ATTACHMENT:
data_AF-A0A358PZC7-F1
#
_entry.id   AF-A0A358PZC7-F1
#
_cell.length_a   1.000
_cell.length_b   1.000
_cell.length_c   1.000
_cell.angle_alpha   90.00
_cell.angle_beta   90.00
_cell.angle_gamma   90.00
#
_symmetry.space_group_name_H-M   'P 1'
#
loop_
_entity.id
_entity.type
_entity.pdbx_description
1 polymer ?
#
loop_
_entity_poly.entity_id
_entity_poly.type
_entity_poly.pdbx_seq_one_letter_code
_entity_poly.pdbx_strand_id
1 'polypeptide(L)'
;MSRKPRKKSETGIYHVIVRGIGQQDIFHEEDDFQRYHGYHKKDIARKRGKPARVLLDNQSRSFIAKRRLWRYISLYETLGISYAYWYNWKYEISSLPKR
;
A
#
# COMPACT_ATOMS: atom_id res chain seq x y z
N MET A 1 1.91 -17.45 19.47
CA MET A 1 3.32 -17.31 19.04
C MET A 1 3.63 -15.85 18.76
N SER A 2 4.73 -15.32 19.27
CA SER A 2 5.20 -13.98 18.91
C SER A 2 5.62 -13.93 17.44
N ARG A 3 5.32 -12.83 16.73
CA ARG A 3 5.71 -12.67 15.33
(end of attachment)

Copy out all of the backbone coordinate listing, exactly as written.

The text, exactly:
data_AF-A0A358PZC7-F1
#
_entry.id   AF-A0A358PZC7-F1
#
_cell.length_a   1.000
_cell.length_b   1.000
_cell.length_c   1.000
_cell.angle_alpha   90.00
_cell.angle_beta   90.00
_cell.angle_gamma   90.00
#
_symmetry.space_group_name_H-M   'P 1'
#
loop_
_entity.id
_entity.type
_entity.pdbx_description
1 polymer ?
#
loop_
_entity_poly.entity_id
_entity_poly.type
_entity_poly.pdbx_seq_one_letter_code
_entity_poly.pdbx_strand_id
1 'polypeptide(L)'
;MSRKPRKKSETGIYHVIVRGIGQQDIFHEEDDFQRYHGYHKKDIARKRGKPARVLLDNQSRSFIAKRRLWRYISLYETLGISYAYWYNWKYEISSLPKR
;
A
#
# COMPACT_ATOMS: atom_id res chain seq x y z
N MET A 1 1.91 -17.45 19.47
CA MET A 1 3.32 -17.31 19.04
C MET A 1 3.63 -15.85 18.76
N SER A 2 4.73 -15.32 19.27
CA SER A 2 5.20 -13.98 18.91
C SER A 2 5.62 -13.93 17.44
N ARG A 3 5.32 -12.83 16.73
CA ARG A 3 5.71 -12.67 15.33